Among the issues identified by the audits, the commission failed to provide invoices and other documentation to support spending. Internal controls related to governance and management also were insufficient.

The auditor's office said it plans to continue monitoring the commission's progress and asked commission board members to do the same.

State Reports 43 Additional COVID-19 Deaths As Debate Arises Over VaccineKUNM, Associated Press

State health officials reported 1,849 new COVID-19 cases on Friday and 43 additional deaths.
That bring the total number of deaths to 1,889. There have been 116,565 cases since the pandemic began.

There are 932 people hospitalized for COVID-19 in the state. State health officials on Thursday issued orders that could limit nonessential surgeries and prepare for rationing of other medical services as the coronavirus pandemic strains resources and personnel at hospitals and intensive care centers.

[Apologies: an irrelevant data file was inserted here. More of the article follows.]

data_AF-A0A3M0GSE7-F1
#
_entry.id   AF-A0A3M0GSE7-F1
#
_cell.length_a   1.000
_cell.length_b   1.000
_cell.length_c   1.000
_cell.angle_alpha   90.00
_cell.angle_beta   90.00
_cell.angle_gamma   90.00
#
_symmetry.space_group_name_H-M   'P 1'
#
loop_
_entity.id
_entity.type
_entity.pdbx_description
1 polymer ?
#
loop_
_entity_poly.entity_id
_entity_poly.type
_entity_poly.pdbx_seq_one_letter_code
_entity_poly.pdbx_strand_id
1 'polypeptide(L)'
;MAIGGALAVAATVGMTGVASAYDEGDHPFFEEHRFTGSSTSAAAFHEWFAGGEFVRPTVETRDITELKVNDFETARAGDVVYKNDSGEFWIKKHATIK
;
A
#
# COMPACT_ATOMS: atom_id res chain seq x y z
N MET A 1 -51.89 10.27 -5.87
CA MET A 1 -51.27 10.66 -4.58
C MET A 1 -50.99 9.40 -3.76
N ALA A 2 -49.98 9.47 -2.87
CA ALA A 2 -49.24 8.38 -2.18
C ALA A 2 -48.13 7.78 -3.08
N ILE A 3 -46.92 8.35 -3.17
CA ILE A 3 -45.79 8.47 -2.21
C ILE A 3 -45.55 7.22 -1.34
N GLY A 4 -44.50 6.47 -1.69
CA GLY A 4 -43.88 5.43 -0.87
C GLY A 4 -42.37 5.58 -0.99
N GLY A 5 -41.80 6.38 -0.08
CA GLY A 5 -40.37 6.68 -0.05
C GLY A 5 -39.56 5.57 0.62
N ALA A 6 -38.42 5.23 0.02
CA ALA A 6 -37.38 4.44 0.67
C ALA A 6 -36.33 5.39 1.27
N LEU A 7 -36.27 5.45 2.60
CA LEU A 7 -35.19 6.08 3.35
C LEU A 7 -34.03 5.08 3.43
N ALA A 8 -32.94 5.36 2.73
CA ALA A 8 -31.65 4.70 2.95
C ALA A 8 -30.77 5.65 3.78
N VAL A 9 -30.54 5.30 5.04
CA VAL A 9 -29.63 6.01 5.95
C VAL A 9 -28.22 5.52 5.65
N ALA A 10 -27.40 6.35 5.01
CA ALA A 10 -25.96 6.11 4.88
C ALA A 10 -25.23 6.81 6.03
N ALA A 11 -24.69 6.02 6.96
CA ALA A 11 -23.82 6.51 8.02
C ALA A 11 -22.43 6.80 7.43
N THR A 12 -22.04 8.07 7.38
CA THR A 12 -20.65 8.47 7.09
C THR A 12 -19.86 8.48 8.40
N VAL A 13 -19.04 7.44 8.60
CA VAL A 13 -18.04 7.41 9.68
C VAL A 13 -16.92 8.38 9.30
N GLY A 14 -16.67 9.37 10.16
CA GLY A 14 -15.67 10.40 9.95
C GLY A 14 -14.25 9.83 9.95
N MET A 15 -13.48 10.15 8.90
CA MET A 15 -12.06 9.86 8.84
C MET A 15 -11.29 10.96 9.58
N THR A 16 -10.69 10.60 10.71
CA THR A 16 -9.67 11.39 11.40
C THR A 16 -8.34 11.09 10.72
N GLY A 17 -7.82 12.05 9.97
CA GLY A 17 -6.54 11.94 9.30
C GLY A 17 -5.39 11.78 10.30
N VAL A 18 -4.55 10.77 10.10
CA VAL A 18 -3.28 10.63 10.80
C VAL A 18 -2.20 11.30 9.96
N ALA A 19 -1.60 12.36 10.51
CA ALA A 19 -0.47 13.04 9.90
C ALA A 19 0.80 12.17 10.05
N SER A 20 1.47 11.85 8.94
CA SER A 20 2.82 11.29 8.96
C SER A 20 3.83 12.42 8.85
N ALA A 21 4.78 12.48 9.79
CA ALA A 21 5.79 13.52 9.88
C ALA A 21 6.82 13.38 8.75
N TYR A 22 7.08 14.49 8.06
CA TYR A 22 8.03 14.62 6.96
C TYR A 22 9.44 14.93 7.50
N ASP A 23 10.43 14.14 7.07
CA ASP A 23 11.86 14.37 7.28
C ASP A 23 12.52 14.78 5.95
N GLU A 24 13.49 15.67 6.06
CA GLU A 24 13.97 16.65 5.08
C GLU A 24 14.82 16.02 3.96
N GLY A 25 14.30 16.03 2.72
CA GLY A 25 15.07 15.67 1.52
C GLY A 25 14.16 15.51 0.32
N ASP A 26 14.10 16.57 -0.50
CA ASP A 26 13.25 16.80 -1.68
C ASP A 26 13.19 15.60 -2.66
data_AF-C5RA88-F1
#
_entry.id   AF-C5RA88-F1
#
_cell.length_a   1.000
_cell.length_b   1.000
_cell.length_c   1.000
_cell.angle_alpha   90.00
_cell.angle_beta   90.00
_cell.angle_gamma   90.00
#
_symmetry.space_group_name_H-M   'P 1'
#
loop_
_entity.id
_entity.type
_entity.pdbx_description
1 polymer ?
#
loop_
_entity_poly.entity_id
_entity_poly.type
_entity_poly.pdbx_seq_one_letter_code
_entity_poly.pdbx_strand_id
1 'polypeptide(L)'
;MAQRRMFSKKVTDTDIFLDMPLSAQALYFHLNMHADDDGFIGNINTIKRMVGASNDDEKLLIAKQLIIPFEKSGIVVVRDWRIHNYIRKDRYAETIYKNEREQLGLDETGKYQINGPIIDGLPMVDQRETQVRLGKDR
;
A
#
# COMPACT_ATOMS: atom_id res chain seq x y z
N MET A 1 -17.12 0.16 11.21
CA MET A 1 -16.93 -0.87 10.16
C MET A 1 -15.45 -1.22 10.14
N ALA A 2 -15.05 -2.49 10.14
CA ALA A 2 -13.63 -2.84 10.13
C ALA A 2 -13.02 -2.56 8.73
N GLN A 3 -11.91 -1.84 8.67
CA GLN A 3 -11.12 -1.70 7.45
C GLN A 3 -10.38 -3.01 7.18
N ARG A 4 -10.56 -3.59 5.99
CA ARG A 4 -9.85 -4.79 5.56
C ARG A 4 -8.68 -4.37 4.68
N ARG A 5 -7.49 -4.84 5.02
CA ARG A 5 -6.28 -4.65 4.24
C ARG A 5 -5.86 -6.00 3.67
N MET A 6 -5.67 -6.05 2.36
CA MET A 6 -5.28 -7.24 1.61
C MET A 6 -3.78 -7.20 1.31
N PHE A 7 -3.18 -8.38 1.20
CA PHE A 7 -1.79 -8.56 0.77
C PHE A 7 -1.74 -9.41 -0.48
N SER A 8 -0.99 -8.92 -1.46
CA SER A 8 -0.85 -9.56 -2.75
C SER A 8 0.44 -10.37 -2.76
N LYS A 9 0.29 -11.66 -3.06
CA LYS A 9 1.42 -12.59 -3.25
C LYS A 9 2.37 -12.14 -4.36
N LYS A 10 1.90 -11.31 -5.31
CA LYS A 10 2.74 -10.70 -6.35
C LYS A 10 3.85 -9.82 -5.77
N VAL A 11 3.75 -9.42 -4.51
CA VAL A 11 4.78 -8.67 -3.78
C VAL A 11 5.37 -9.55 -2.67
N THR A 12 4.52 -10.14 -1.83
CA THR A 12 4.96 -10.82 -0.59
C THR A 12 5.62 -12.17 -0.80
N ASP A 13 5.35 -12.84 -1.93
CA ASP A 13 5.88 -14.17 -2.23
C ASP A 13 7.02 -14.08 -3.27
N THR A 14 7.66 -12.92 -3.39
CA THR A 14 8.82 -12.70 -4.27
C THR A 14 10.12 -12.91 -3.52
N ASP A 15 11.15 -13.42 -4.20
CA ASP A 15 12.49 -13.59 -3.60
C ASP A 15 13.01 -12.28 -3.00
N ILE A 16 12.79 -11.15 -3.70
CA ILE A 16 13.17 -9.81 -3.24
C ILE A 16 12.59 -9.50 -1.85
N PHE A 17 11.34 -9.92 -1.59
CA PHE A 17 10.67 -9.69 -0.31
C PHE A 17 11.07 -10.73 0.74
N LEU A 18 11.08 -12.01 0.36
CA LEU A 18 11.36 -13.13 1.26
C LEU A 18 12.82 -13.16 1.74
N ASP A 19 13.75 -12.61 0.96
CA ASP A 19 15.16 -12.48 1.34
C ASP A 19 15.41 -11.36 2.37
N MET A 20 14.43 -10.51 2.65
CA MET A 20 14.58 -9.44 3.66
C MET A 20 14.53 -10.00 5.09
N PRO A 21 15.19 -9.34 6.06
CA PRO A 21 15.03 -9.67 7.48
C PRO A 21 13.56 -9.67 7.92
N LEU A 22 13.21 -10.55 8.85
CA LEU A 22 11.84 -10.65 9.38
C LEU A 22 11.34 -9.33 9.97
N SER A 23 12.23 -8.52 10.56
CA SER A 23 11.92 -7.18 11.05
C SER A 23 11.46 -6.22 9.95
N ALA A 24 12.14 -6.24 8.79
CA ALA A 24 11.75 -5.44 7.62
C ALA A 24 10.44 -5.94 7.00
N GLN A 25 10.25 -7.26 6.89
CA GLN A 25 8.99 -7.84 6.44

Gov. Michelle Lujan Grisham said Thursday there are 17,500 doses of a vaccine from drugmaker Pfizer reserved for New Mexico, the initial allotment to health workers at high or moderate risk of exposure.

State health officials plan to channel initial doses of a separate vaccine from Moderna toward staff and residents at long-term care facilities such as nursing homes, if and when the vaccine receives federal approval.

Decisions are still pending about which populations to vaccinate after that. State health officials say critical workers and vulnerable populations include police and corrections officers, public transit workers, child care center personnel and possibly teachers.

Leading state legislators on education policy have joined Lt. Gov. Howie Morales in urging the state to place a top priority on vaccinating educators alongside medical workers in an effort to return students to in-person learning as soon as possible.

The vast majority of students across New Mexico are studying remotely from home in response to the pandemic.

Navajo Nation Reports 231 New COVID-19 Cases, 12 More Deaths Associated Press

Navajo Nation health officials are reporting 231 new COVID-19 cases and 12 more deaths as they prepared to implement a weekend-long lockdown for reservation residents.